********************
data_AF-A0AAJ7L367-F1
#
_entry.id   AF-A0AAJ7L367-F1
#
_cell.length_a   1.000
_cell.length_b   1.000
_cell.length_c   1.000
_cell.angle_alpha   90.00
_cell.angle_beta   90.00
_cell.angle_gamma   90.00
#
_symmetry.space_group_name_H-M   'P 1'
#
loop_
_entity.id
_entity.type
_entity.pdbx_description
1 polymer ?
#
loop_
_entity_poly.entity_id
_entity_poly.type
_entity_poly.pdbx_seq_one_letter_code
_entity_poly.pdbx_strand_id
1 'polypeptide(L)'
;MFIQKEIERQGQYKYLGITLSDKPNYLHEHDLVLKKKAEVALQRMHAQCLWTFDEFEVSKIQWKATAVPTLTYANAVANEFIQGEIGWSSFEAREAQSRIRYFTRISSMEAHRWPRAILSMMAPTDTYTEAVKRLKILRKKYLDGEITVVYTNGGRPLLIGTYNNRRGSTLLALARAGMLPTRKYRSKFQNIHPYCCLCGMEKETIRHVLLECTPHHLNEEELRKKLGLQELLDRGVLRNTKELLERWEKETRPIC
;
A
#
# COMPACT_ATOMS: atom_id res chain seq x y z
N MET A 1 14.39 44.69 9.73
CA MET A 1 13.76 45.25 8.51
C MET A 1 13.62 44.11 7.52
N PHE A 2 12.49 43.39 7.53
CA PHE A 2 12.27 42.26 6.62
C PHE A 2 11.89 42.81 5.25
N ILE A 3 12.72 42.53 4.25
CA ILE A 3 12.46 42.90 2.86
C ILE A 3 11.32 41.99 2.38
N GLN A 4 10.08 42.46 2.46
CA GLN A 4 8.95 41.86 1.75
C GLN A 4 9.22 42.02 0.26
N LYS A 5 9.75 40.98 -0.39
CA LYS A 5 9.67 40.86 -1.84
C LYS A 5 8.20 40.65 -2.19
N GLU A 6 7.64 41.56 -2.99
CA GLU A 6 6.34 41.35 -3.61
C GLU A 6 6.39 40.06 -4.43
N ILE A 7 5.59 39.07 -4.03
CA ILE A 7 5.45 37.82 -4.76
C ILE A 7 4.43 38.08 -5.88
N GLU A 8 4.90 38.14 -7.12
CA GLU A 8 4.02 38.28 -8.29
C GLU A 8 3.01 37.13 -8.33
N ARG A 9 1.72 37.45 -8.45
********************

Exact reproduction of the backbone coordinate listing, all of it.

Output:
data_AF-A0AAJ7L367-F1
#
_entry.id   AF-A0AAJ7L367-F1
#
_cell.length_a   1.000
_cell.length_b   1.000
_cell.length_c   1.000
_cell.angle_alpha   90.00
_cell.angle_beta   90.00
_cell.angle_gamma   90.00
#
_symmetry.space_group_name_H-M   'P 1'
#
loop_
_entity.id
_entity.type
_entity.pdbx_description
1 polymer ?
#
loop_
_entity_poly.entity_id
_entity_poly.type
_entity_poly.pdbx_seq_one_letter_code
_entity_poly.pdbx_strand_id
1 'polypeptide(L)'
;MFIQKEIERQGQYKYLGITLSDKPNYLHEHDLVLKKKAEVALQRMHAQCLWTFDEFEVSKIQWKATAVPTLTYANAVANEFIQGEIGWSSFEAREAQSRIRYFTRISSMEAHRWPRAILSMMAPTDTYTEAVKRLKILRKKYLDGEITVVYTNGGRPLLIGTYNNRRGSTLLALARAGMLPTRKYRSKFQNIHPYCCLCGMEKETIRHVLLECTPHHLNEEELRKKLGLQELLDRGVLRNTKELLERWEKETRPIC
;
A
#
# COMPACT_ATOMS: atom_id res chain seq x y z
N MET A 1 14.39 44.69 9.73
CA MET A 1 13.76 45.25 8.51
C MET A 1 13.62 44.11 7.52
N PHE A 2 12.49 43.39 7.53
CA PHE A 2 12.27 42.26 6.62
C PHE A 2 11.89 42.81 5.25
N ILE A 3 12.72 42.53 4.25
CA ILE A 3 12.46 42.90 2.86
C ILE A 3 11.32 41.99 2.38
N GLN A 4 10.08 42.46 2.46
CA GLN A 4 8.95 41.86 1.75
C GLN A 4 9.22 42.02 0.26
N LYS A 5 9.75 40.98 -0.39
CA LYS A 5 9.67 40.86 -1.84
C LYS A 5 8.20 40.65 -2.19
N GLU A 6 7.64 41.56 -2.99
CA GLU A 6 6.34 41.35 -3.61
C GLU A 6 6.39 40.06 -4.43
N ILE A 7 5.59 39.07 -4.03
CA ILE A 7 5.45 37.82 -4.76
C ILE A 7 4.43 38.08 -5.88
N GLU A 8 4.90 38.14 -7.12
CA GLU A 8 4.02 38.28 -8.29
C GLU A 8 3.01 37.13 -8.33
N ARG A 9 1.72 37.45 -8.45